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Wednesday, 16 October 2013

Mitering inner corners and being obtuse…

Recently, I was asked to make a sewing machine cover. Simples I thought, it's essentially five rectangles, one of which needs an opening for the handle. So simple in fact that I decided to add a zipped pocket, and some binding to the handle opening. Well, the zip went without a hitch, but crikey, my brain hurt after over an hour spent fruitlessly trying to work out how to miter inner corners!

My ego was fairly bruised too because I love making binding and consider it to be one of the few sewing tasks I actually do properly (is it perverse that this is almost my favourite thing to do–a bit like preferring the icing to the cake itself?). Still I wasn't going to let a bit of fabric get the better of me, so after a lot of experimentation–and unsuccessful web searches–I finally worked out how to bind and miter inner corners.

Of course, you're probably all thinking, what's the big deal, any fool knows how to do that! But just in case you don't, here's how it's done…

Starting at the outer corner, draw a diagonal line in towards the central fold of your binding, it is important that the angle of the line is exactly 45 degrees. Snip to where the line meets the fold.

Flip the binding over and fold in the loose ends as shown above–the arrow shape should form a perfect right angle. Pin and press in place.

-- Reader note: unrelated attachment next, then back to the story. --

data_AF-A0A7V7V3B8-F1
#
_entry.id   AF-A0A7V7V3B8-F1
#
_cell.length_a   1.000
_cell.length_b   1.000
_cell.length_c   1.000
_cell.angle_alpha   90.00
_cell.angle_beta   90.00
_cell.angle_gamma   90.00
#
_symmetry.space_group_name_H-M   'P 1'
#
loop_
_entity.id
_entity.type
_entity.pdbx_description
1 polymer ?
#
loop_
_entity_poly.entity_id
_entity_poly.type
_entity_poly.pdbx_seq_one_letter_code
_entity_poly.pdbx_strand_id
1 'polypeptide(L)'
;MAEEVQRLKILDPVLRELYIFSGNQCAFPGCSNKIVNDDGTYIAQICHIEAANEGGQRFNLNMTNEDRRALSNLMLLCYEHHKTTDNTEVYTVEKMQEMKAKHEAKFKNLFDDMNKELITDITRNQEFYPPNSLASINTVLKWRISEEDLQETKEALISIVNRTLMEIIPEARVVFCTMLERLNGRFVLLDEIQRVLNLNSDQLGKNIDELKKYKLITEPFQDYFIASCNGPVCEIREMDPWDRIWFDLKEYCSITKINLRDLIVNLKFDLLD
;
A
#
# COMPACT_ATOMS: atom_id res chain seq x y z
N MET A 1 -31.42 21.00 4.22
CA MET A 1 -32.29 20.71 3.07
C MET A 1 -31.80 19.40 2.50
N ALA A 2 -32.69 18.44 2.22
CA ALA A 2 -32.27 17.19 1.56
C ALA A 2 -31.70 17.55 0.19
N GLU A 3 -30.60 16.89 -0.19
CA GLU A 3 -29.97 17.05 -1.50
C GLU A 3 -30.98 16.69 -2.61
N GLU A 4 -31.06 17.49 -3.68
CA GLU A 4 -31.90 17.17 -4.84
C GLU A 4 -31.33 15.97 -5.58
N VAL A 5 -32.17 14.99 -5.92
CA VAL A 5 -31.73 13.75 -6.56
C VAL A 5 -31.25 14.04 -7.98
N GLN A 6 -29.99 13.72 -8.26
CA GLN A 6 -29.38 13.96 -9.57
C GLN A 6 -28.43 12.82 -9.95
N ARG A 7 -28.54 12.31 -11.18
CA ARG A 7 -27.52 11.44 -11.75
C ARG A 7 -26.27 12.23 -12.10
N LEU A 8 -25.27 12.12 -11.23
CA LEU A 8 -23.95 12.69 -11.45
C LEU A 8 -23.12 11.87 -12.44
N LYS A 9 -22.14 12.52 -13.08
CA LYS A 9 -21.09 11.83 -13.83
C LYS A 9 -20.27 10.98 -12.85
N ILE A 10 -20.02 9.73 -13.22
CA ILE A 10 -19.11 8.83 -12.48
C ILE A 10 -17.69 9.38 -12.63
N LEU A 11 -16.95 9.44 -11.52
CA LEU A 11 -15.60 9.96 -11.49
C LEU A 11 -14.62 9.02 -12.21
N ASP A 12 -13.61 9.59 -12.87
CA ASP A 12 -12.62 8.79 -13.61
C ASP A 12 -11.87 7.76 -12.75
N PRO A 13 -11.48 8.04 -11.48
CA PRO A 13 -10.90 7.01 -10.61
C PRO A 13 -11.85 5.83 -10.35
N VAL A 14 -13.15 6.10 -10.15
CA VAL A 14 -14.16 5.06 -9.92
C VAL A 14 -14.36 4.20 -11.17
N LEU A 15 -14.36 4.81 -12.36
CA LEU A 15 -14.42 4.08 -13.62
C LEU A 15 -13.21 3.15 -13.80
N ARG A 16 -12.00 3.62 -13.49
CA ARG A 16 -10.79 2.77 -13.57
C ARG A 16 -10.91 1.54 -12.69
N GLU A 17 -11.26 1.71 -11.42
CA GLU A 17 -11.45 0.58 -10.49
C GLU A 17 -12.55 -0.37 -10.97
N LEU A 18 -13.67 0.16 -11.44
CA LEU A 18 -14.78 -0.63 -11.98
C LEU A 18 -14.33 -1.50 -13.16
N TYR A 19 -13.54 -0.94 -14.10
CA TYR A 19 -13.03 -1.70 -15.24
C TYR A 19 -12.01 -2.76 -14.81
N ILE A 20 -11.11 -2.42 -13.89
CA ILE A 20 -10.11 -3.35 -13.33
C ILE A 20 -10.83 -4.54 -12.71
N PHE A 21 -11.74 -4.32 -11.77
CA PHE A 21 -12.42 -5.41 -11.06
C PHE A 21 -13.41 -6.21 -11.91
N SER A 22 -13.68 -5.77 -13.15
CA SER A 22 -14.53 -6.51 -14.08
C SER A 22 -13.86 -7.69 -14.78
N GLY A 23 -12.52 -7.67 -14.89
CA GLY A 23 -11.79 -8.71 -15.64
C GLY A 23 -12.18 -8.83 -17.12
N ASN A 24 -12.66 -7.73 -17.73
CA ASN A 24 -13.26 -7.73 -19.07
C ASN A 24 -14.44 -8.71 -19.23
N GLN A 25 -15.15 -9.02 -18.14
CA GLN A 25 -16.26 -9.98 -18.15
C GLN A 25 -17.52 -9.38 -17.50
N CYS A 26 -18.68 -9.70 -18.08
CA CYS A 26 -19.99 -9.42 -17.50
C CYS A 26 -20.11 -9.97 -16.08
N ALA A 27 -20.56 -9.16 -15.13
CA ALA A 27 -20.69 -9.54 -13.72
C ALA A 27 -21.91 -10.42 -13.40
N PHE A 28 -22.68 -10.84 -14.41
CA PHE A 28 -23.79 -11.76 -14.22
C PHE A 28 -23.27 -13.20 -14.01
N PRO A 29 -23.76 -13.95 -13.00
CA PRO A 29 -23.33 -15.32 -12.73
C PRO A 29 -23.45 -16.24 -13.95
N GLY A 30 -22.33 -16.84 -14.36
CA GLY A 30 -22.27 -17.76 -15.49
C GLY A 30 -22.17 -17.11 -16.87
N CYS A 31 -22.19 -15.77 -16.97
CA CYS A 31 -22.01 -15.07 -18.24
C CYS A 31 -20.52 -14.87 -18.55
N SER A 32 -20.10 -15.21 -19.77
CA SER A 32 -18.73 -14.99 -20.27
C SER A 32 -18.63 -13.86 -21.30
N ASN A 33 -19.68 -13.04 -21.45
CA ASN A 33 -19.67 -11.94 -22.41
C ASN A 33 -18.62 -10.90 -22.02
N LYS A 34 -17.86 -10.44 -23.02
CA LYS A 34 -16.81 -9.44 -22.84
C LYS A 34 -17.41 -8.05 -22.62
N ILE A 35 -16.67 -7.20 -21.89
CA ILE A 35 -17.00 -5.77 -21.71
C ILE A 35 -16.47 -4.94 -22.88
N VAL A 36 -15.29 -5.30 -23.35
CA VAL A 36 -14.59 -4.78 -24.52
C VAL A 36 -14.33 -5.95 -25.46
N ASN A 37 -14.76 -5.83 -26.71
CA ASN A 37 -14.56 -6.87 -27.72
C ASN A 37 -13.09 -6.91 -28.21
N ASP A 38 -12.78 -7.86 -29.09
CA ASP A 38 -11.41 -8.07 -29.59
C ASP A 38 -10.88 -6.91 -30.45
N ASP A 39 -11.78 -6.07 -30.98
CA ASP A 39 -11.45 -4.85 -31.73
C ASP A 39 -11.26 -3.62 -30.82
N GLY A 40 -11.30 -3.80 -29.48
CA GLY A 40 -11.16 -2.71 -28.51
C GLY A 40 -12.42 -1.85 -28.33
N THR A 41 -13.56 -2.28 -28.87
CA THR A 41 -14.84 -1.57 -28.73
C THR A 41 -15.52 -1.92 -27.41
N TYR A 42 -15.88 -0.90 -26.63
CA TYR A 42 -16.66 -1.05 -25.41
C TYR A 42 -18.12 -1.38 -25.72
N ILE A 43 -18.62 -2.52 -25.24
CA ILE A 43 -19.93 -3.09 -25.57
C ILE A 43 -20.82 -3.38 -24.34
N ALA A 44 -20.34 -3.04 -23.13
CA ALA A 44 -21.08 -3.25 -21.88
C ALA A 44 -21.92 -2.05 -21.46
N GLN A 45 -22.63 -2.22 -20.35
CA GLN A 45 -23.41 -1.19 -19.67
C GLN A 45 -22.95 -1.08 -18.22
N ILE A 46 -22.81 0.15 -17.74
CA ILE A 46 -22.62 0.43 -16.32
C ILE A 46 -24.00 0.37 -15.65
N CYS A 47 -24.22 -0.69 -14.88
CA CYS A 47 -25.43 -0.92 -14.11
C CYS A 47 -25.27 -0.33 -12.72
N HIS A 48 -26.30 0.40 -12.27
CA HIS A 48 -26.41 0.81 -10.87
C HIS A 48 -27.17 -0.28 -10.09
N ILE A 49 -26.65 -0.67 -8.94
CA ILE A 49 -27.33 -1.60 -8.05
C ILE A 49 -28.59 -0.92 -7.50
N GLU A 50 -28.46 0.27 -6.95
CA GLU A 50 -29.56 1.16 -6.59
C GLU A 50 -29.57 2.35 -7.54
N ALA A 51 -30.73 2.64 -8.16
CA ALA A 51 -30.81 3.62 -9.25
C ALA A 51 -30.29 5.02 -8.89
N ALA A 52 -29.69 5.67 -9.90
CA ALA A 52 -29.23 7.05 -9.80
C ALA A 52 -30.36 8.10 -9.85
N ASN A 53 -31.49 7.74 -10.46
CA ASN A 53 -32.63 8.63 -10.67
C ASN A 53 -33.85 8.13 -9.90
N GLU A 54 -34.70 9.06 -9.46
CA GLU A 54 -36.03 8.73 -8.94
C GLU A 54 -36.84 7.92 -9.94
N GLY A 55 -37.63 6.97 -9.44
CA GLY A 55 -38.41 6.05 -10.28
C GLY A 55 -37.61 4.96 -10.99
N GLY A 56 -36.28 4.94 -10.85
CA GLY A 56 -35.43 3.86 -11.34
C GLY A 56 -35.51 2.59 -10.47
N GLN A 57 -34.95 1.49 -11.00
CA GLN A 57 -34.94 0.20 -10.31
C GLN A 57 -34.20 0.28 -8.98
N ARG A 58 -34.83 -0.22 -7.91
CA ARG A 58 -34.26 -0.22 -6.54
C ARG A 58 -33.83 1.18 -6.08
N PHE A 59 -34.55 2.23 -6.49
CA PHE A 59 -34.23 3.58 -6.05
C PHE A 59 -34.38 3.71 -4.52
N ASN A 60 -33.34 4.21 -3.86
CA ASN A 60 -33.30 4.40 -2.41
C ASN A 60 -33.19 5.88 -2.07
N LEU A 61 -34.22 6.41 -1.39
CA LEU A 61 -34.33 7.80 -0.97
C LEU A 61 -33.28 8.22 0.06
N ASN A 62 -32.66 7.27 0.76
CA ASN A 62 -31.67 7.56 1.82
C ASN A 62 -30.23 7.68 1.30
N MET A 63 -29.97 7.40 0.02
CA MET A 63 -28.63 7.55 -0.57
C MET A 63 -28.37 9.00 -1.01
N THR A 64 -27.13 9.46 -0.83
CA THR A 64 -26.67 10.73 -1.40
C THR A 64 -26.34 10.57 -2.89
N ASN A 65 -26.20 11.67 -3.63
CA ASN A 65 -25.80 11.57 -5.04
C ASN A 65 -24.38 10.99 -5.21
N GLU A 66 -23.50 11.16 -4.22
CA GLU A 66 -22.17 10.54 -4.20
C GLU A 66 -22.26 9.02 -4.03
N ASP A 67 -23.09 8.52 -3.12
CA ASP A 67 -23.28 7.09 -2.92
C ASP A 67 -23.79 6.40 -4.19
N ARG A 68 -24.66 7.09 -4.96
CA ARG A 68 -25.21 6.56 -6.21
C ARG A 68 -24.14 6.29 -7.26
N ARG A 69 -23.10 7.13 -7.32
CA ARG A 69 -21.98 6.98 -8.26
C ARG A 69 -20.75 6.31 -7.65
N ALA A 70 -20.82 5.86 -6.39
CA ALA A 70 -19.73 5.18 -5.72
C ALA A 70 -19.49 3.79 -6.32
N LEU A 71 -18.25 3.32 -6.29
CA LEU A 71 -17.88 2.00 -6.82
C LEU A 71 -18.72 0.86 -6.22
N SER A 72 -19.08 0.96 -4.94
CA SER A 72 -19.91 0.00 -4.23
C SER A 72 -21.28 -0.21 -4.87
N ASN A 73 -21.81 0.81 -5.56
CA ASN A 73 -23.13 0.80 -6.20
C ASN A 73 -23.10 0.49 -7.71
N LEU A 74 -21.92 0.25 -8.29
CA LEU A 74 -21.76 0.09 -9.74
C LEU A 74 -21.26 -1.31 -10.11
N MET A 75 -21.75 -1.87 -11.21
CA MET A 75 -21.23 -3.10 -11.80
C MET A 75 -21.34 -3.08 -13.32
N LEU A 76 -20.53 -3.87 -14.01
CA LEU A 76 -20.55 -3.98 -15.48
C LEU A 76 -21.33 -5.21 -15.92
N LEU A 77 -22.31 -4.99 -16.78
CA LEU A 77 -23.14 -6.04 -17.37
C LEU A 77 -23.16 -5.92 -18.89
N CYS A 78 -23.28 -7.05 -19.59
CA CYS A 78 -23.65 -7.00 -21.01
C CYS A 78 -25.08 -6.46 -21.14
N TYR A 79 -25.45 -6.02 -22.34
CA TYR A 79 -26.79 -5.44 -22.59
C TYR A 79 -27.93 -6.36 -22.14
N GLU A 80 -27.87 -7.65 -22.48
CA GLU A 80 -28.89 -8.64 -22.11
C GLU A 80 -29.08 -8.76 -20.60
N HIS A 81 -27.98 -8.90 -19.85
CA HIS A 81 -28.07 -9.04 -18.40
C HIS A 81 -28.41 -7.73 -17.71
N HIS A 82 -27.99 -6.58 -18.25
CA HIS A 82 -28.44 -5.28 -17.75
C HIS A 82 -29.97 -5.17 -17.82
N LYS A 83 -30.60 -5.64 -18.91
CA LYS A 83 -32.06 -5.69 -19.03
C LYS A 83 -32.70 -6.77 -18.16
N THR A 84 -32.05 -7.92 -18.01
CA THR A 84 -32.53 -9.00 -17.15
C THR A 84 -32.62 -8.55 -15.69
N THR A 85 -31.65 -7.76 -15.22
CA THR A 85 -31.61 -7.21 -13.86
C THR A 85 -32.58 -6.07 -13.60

Flip the binding tape back over and press shut. What you should now have is an obtuse angle that starts on the fold and extends out to the binding's edge. Repeat this on each end of your bindings. Remember to allow for the amount that is taken up by the angle when calculating the overall length of your bindings.

Pin bindings in place (look at that lovely join) and sew in place. Unfortunately, I can't show you the sewn version as my machine is still kaput–but trust me this works!  

The key is to remember that the angle is obtuse–which is pretty much how I felt when I just couldn't fathom how to miter inner corners!


PS: The 45 degree angle only applies to square, or rectangular openings, triangles, hexagons etc would be different.


  1. Your tutorials are so clear and easy to follow!
    Is the machine cover in wine coloured knit?

  2. My grandma used to make a Christmas cake with one corner with extra-thick icing (and no marzipan) especially for me: I definitely preferred the icing to the cake. And I, too, really like doing the binding on a quilt, although I do it a different way to you, I think. I've never tried binding inner corners: it's now on my 'to try' list.


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